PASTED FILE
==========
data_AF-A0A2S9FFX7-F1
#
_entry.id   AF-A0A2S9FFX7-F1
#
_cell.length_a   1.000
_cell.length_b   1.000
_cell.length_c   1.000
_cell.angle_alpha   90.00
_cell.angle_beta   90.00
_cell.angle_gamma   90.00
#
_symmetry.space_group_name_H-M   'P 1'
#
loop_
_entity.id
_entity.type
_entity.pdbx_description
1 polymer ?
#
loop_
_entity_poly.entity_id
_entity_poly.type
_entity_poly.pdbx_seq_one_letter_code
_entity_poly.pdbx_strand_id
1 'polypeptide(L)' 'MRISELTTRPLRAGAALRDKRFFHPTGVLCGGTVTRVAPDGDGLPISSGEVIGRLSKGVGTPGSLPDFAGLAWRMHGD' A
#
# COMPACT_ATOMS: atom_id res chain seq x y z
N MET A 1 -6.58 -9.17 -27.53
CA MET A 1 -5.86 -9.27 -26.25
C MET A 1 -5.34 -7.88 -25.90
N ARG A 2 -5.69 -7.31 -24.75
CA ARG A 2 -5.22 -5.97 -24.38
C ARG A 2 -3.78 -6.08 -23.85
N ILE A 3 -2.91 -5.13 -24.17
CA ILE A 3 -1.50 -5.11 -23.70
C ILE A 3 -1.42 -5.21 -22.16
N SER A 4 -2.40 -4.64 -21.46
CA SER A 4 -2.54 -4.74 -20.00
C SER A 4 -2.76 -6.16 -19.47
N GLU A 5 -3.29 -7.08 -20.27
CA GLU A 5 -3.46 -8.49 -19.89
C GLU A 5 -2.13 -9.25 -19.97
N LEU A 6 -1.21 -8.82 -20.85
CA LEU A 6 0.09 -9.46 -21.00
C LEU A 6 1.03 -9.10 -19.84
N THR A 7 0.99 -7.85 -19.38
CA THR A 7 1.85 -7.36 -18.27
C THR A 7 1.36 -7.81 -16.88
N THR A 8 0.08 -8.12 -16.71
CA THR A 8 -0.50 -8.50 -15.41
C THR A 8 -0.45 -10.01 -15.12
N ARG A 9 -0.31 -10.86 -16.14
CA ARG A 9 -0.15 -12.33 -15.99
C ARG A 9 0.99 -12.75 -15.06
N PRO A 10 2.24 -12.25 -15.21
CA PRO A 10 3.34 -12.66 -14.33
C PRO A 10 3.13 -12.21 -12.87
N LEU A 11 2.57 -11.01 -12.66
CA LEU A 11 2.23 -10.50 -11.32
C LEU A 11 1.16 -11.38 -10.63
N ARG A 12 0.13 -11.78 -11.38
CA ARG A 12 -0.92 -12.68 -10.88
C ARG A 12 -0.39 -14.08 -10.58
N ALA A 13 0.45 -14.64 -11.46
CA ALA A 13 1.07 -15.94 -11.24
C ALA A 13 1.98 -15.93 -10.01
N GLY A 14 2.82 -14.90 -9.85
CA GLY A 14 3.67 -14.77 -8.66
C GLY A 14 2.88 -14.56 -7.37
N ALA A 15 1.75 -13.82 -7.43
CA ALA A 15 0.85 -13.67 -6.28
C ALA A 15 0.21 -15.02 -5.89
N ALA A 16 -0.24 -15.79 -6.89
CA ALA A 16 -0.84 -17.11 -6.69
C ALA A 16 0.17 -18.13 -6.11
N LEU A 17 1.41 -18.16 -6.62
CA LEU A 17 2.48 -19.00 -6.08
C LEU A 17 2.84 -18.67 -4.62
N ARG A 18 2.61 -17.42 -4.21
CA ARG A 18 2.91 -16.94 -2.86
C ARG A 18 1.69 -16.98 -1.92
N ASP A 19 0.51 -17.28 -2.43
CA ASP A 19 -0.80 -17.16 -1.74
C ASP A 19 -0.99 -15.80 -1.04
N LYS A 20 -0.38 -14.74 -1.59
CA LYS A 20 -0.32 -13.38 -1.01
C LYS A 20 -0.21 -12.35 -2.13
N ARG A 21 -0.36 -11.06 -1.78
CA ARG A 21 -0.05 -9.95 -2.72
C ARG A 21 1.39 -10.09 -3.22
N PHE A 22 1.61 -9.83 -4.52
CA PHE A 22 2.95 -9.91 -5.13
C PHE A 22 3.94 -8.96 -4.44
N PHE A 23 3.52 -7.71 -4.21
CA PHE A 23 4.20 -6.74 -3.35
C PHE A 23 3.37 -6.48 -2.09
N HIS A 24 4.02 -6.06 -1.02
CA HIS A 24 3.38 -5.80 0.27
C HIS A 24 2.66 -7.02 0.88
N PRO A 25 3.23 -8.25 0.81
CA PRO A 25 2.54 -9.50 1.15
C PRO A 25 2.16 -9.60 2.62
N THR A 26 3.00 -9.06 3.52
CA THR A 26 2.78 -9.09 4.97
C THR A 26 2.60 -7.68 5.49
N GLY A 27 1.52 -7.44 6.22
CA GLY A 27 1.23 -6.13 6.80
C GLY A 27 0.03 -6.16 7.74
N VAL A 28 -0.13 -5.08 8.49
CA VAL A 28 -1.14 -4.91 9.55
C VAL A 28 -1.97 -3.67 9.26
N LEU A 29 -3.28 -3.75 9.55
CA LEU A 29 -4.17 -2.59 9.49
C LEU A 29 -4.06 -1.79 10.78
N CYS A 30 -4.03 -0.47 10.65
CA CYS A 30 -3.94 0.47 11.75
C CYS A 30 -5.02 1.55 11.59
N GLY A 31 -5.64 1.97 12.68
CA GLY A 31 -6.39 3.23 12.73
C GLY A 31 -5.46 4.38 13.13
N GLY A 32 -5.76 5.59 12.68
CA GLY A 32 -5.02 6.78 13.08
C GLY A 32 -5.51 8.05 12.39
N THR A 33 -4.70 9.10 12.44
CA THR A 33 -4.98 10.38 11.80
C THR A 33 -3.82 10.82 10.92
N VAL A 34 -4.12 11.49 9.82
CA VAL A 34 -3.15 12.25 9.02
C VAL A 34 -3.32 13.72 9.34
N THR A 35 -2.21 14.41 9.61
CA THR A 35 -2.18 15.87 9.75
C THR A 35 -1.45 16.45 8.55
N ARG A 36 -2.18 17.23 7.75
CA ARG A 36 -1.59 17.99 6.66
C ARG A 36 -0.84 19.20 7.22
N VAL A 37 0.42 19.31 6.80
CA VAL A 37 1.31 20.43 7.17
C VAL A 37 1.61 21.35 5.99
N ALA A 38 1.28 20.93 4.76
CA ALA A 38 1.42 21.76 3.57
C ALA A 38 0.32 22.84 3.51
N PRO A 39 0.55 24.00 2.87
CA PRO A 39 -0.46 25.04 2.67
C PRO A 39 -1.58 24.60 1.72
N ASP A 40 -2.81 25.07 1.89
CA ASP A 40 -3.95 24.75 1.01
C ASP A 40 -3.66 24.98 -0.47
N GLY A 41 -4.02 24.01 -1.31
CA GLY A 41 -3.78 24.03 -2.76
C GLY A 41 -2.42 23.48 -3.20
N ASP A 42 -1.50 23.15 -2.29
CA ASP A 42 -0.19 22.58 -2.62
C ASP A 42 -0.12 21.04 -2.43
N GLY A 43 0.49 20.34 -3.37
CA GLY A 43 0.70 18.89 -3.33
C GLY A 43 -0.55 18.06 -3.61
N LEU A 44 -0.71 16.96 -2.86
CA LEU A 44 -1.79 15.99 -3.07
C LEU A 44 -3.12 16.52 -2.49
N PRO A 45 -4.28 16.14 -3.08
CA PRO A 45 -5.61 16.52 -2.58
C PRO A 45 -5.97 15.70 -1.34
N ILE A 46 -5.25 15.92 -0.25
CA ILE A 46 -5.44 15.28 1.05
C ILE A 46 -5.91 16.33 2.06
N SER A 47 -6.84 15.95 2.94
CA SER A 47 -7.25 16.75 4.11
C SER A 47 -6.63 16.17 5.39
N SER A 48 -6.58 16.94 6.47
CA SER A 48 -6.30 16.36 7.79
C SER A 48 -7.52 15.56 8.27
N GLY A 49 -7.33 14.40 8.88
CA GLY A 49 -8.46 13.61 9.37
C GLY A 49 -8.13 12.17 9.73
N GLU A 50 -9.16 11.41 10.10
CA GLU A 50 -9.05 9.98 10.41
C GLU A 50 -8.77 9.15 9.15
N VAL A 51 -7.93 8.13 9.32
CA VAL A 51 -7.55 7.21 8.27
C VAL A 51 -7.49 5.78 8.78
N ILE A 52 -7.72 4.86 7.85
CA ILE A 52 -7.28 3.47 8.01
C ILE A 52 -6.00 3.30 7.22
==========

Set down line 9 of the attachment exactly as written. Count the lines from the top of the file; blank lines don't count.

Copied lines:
_cell.angle_beta   90.00